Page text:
The First Sessions for #rp17 Are Online

We are so happy to announce the first sessions! By now several of 2017’s sessions and speakers from our Call for Participation are up on our website and many more will certainly be added within the next few weeks.

First of all we'd like to give a huge thank you to all of you for your exciting submissions. We are impressed by your creativity and your thrilling ideas and we are looking forward to receive many more of them. Hurry up, the next deadline is coming up on January, 8th 2017!

Have a look at the ones already up over here and the speakers here. To give you a taste of what to expect at re:publica 2017 find a selection we will be featuring:

How to make music from deep space, Wall Street or biofeedback
Is it possible to translate the old Greek idea of having no distinction between art and science (maths in particular) into a contemporary musical context? How can one, as an electronic musician, integrate recent advances in theoretical physics, such as the quantum gravity, in a critical approach towards our current Wall Street-driven economy or new evolutions in artificial intelligence in his or her artistic practice? The independent artist Valery Vermeulen will give an answer to these questions.

Welcome culture 2.0: fighting anti-collaborative behaviours
Having collaborated as wefugees.de with the "Bundesamt für Migration und Flüchtlinge" (BAMF) and other projects for the creation of a centralized “welcome platform” for newcomers, speaker Paolo Andre Piriello will focus on experiences and strategies for the management of networks, information and resources in civic tech projects designed for newcomers.

Digital technologies, environmental change, and public policy
Digital technologies and services affect the planet. Every line of code, every photo uploaded to ‘the cloud’, and every smartphone, computer, or ‘IoT’ device, has an environmental footprint. That footprint often takes the form of carbon dioxide emissions, ecosystem degradation, and resource depletion, each of which occurs to varying degrees throughout the production, use, and end-of-life disposal or recycling of our digital technologies. Researcher Vanessa Thomas will show that we have reached a critical point in the design and use of our digital technologies that demands action on a global scale.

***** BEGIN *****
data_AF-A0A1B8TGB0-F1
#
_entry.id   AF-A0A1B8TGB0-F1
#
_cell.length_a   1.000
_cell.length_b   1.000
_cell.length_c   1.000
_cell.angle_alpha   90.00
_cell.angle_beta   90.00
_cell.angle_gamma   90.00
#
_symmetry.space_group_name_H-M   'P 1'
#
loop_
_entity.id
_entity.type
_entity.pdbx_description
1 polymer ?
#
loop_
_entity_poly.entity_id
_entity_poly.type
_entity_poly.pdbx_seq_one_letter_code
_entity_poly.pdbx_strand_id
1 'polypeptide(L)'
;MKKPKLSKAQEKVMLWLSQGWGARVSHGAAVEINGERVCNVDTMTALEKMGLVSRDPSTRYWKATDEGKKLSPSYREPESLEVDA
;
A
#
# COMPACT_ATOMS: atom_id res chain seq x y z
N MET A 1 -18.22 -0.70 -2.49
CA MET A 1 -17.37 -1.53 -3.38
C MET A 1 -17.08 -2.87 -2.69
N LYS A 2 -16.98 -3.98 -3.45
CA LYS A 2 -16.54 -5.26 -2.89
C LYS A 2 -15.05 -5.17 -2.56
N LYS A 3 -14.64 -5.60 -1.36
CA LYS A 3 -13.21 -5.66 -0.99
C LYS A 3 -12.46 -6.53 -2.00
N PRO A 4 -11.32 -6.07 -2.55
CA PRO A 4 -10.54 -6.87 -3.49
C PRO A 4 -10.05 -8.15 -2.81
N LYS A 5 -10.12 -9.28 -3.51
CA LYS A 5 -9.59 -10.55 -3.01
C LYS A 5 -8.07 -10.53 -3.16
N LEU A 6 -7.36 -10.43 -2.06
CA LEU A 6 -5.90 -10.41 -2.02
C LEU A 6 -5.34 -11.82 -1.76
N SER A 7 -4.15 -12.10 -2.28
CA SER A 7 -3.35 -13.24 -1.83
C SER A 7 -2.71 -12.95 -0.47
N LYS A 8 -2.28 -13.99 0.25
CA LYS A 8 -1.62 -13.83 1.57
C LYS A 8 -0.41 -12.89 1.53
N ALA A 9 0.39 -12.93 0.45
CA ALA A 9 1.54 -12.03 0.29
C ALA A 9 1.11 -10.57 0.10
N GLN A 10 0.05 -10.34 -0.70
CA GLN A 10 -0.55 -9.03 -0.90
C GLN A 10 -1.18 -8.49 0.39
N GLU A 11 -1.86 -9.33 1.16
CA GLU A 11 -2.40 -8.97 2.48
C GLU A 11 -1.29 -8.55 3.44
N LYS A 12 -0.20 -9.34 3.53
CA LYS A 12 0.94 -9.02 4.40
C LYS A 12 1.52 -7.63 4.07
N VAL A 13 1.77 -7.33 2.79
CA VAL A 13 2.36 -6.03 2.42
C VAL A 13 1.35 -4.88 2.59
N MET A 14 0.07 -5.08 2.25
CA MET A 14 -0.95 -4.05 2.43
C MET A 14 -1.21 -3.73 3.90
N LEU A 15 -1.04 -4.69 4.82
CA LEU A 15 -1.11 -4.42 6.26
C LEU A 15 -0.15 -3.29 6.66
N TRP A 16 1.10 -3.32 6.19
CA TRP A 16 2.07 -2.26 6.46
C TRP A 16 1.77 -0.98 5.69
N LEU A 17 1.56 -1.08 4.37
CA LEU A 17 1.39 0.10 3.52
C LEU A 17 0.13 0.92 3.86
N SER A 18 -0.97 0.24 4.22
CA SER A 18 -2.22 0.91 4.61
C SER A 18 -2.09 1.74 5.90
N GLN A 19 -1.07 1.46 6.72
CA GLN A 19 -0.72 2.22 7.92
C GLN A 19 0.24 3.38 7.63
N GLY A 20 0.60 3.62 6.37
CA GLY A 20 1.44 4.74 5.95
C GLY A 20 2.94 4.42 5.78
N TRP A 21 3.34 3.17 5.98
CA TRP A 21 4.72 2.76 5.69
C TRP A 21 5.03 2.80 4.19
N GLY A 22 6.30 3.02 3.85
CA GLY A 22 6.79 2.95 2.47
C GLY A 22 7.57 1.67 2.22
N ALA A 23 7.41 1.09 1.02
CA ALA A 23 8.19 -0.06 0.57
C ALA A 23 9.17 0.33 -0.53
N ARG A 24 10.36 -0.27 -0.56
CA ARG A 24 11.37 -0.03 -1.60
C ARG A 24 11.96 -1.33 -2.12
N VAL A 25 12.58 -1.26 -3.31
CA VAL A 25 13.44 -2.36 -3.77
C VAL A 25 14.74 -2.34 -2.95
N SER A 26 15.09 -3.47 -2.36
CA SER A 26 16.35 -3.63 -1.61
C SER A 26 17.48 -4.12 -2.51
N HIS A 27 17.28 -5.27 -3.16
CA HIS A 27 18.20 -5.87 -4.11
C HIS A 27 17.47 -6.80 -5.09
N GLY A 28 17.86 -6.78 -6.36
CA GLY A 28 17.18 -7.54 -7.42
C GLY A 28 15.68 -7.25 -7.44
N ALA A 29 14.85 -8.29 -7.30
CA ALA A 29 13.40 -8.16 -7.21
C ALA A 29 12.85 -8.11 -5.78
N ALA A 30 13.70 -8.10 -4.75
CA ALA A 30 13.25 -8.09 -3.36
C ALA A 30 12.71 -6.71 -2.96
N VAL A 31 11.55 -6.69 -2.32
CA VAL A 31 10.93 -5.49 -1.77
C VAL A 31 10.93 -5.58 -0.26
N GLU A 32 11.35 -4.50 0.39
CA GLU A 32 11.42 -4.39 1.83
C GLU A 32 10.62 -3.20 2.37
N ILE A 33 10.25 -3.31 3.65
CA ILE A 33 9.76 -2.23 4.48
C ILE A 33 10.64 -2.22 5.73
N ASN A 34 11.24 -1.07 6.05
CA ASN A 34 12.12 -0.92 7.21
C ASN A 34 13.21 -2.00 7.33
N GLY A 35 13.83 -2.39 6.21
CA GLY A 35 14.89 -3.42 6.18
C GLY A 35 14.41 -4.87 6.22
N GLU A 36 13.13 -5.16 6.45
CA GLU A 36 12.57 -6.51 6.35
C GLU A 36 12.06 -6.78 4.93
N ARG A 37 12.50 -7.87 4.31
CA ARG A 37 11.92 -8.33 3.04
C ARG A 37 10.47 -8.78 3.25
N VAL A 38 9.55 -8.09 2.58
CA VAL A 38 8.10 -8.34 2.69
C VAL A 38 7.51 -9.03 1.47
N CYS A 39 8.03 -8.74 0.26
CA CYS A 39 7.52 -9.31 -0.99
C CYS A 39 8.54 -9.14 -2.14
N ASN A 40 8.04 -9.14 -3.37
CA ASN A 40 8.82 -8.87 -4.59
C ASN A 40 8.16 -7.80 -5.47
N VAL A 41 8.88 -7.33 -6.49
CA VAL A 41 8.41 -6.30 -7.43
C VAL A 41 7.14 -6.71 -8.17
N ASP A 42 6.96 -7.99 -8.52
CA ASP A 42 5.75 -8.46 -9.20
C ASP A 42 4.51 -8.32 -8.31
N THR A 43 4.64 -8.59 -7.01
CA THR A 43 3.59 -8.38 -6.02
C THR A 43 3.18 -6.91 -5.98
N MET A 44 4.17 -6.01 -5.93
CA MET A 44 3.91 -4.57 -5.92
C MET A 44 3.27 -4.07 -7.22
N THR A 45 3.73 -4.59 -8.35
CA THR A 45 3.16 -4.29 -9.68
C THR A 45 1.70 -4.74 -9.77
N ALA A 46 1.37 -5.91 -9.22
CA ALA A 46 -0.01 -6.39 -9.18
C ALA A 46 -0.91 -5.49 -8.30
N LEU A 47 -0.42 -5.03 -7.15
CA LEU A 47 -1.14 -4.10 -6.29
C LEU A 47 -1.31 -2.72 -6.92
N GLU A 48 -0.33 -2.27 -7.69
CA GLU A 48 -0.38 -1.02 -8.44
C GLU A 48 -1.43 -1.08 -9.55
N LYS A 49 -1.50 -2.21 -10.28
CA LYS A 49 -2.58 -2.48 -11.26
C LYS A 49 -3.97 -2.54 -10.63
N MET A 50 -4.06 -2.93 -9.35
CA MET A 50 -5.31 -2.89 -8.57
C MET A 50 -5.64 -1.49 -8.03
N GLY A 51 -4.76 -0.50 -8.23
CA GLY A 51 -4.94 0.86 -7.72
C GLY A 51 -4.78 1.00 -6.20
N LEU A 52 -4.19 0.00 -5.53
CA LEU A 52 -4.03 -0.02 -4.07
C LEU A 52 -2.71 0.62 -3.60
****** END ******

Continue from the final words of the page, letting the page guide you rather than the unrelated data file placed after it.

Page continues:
Selfmade fine dust sensor - An easy construction set
OK Lab Stuttgart evolved a fine dust sensor which can be constructed easily by everyone. In a workshop they will show how build it. It is their main goal to bring the topic fine dust pollution more into focus, since it is huge problem in nearly every metropolitan area.

Lobbying for good
Alberto Alemanno, founder of "The Good Lobby", will give a guide on why and how citizens should become ‘citizen lobbyists’ to help revive our fragile civic life and restore their own citizen role in society. His presentation provides an accessible theoretical framework of a new form of active citizenship by providing inspirational illustrations and a how-to guide to new, unconventional forms of citizen engagement.

Radical change in how we connect to the environment
During this talk, artist Kat Austen will discuss how drawing together knowledge from multiple sources – DIY science, phenomenology, instinct, culture – can help to provide a bridge between ourselves and the outside world. She will illustrate the methodology with examples from two projects.

Re:Action? Software for political protest
NYU lecturer Pierre Depaz will give a talk about the possibilities for developing and using software in order to enable pro-active political actions. First he will focus on a historical account of how political actions have evolved during the past century and how they achieved success for their agendas, and then focus on what is being done today/what can be done in the future.

These sessions are just a taste of what we have in store! Come back regularly to our programme page for more updates and the soon-to-be-published full programme schedule.

Photo Credits: re:publica/Jan Zappner (CC BY 2.0)